Again, I don't think this discussion is relevant for the main thrust of this topic.

1 Like

It sounds like a nice feature, but I don't believe it's necessary.

  • Git commits already contain author email addresses
  • I don't think tags or a description of the package can be in the manifest because of localisation. I'm pretty sure we don't want localised variants of Package.swift files, so we'd need a separate file which can be localised (or have its information keyed by locale).

In general I just feel like this is a poor man's README.

Why move information from the README in to machine-processable parts? Is there any tooling which cares about the list of "major" authors (and can't use Git)? Is any user better served by a one-line description than a README file (which these days are often in Markdown - including sections, tables and code snippets which illustrate the API)?

Tags are possibly interesting for aiding search algorithms, but I feel that any half-decent README indexer should be able to recognise a line like "Tags: dates, time, calendar", and the recent package repo spec explicitly does not include search.

7 Likes

These aren't the only pitfalls with YAML, consider for example someone adding a tag that indicates a support for Swift 5.3 (I could perfectly see someone doing that, maybe hoping that it will boost their library in a search index):

tags:
  - 5.3

This won't parse correctly, but there's literally no type checking whatsoever, no requirements to quote list items etc. A package author writing this could literally never discover that this is an error, while a package index ingesting this metadata will fail, most probably failing to parse the rest of the metadata.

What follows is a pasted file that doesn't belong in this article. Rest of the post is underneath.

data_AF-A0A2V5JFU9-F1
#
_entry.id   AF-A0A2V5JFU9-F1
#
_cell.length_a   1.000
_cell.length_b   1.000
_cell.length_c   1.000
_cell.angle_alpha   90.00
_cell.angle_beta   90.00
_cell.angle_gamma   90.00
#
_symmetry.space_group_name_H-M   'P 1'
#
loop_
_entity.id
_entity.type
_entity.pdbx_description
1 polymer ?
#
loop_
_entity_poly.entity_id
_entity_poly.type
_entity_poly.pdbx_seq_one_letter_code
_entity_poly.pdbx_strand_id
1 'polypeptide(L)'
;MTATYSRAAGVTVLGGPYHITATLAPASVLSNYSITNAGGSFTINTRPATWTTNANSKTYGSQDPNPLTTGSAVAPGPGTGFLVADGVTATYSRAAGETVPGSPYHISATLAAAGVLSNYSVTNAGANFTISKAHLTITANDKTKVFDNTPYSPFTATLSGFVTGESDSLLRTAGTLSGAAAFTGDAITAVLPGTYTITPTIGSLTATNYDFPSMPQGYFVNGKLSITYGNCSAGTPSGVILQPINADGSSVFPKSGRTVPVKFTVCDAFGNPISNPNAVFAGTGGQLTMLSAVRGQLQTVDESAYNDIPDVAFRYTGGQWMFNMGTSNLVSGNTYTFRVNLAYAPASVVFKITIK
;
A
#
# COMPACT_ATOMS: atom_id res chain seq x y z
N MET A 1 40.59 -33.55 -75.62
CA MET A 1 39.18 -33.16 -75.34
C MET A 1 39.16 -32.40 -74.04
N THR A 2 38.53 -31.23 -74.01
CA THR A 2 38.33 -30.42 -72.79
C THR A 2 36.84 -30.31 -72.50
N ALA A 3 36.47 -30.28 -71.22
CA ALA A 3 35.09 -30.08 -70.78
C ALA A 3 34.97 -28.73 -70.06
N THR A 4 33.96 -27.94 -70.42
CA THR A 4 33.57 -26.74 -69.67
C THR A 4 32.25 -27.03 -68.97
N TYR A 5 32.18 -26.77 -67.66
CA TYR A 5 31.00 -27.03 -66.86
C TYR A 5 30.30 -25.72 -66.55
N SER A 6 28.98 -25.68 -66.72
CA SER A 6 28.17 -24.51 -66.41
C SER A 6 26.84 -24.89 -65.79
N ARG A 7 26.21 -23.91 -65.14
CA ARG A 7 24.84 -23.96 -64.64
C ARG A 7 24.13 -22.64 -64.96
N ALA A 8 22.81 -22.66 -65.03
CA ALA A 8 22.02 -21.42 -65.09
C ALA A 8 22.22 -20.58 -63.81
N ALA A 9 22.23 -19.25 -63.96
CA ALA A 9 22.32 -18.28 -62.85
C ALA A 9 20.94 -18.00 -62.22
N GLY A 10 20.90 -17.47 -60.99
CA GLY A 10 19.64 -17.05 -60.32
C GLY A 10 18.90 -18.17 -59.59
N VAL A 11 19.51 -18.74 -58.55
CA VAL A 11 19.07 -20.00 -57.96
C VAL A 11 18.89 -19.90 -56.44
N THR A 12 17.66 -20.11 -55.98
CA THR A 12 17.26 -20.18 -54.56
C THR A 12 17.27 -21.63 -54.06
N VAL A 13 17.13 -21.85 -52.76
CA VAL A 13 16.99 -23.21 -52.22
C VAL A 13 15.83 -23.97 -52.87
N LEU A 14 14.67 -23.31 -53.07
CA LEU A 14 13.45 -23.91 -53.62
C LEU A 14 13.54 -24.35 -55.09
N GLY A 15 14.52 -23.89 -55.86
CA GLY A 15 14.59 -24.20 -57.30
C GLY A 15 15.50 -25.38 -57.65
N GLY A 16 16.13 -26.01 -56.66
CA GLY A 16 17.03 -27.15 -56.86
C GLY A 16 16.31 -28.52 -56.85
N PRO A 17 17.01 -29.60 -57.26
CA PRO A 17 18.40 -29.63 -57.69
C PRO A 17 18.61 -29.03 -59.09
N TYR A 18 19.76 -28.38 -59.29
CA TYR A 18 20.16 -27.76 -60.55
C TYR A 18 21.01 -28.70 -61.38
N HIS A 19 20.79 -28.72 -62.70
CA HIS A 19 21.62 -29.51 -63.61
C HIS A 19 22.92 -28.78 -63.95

What indication do you see that points to YAML being selected for those use cases purely on technical merits? YAML is more concise than JSON, and it's been "hyped" recently, being promoted by products such as Docker, Kubernetes etc. I doesn't look like everyone is happy in that ecosystem with how it turned out. Based on their experience, it's a good opportunity to be more careful and conservative by reviewing all the possible consequences.

I would also argue that Clang/LLVM and Swift overlays didn't stumble upon these issues because they work either with purely machine-generated YAML or mostly machine-generated and then manually edited files. Their YAML list items don't need to be quoted as those are mostly valid symbols in their target language, where an item like 5.3 is not a valid symbol. Here though, we're discussing a much wider use case. We're giving everyone, not just compiler engineers, but also beginner package authors, an opportunity to describe their package. It would be great to follow the principle of least surprise and prevent errors that could occur in this much wider setting.